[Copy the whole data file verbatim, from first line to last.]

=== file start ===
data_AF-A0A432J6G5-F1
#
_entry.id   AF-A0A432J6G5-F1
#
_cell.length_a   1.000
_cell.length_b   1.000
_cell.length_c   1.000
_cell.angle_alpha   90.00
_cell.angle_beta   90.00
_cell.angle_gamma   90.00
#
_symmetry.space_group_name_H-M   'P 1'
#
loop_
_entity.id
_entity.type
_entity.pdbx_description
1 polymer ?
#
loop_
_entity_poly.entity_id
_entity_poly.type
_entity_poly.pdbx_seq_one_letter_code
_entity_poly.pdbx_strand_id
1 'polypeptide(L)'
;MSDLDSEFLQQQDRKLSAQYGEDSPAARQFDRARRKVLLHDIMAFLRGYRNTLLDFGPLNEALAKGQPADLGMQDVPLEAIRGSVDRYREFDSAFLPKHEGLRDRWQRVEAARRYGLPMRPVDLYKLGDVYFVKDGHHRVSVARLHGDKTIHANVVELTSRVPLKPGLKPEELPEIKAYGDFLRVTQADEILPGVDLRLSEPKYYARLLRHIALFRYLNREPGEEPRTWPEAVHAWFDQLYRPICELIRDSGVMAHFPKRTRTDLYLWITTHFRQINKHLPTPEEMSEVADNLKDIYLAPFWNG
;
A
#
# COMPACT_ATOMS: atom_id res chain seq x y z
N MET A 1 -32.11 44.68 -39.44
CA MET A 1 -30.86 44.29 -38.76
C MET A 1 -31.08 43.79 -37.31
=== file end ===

data_AF-A0A432J6G5-F1
#
_entry.id   AF-A0A432J6G5-F1
#
_cell.length_a   1.000
_cell.length_b   1.000
_cell.length_c   1.000
_cell.angle_alpha   90.00
_cell.angle_beta   90.00
_cell.angle_gamma   90.00
#
_symmetry.space_group_name_H-M   'P 1'
#
loop_
_entity.id
_entity.type
_entity.pdbx_description
1 polymer ?
#
loop_
_entity_poly.entity_id
_entity_poly.type
_entity_poly.pdbx_seq_one_letter_code
_entity_poly.pdbx_strand_id
1 'polypeptide(L)'
;MSDLDSEFLQQQDRKLSAQYGEDSPAARQFDRARRKVLLHDIMAFLRGYRNTLLDFGPLNEALAKGQPADLGMQDVPLEAIRGSVDRYREFDSAFLPKHEGLRDRWQRVEAARRYGLPMRPVDLYKLGDVYFVKDGHHRVSVARLHGDKTIHANVVELTSRVPLKPGLKPEELPEIKAYGDFLRVTQADEILPGVDLRLSEPKYYARLLRHIALFRYLNREPGEEPRTWPEAVHAWFDQLYRPICELIRDSGVMAHFPKRTRTDLYLWITTHFRQINKHLPTPEEMSEVADNLKDIYLAPFWNG
;
A
#
# COMPACT_ATOMS: atom_id res chain seq x y z
N MET A 1 -32.11 44.68 -39.44
CA MET A 1 -30.86 44.29 -38.76
C MET A 1 -31.08 43.79 -37.31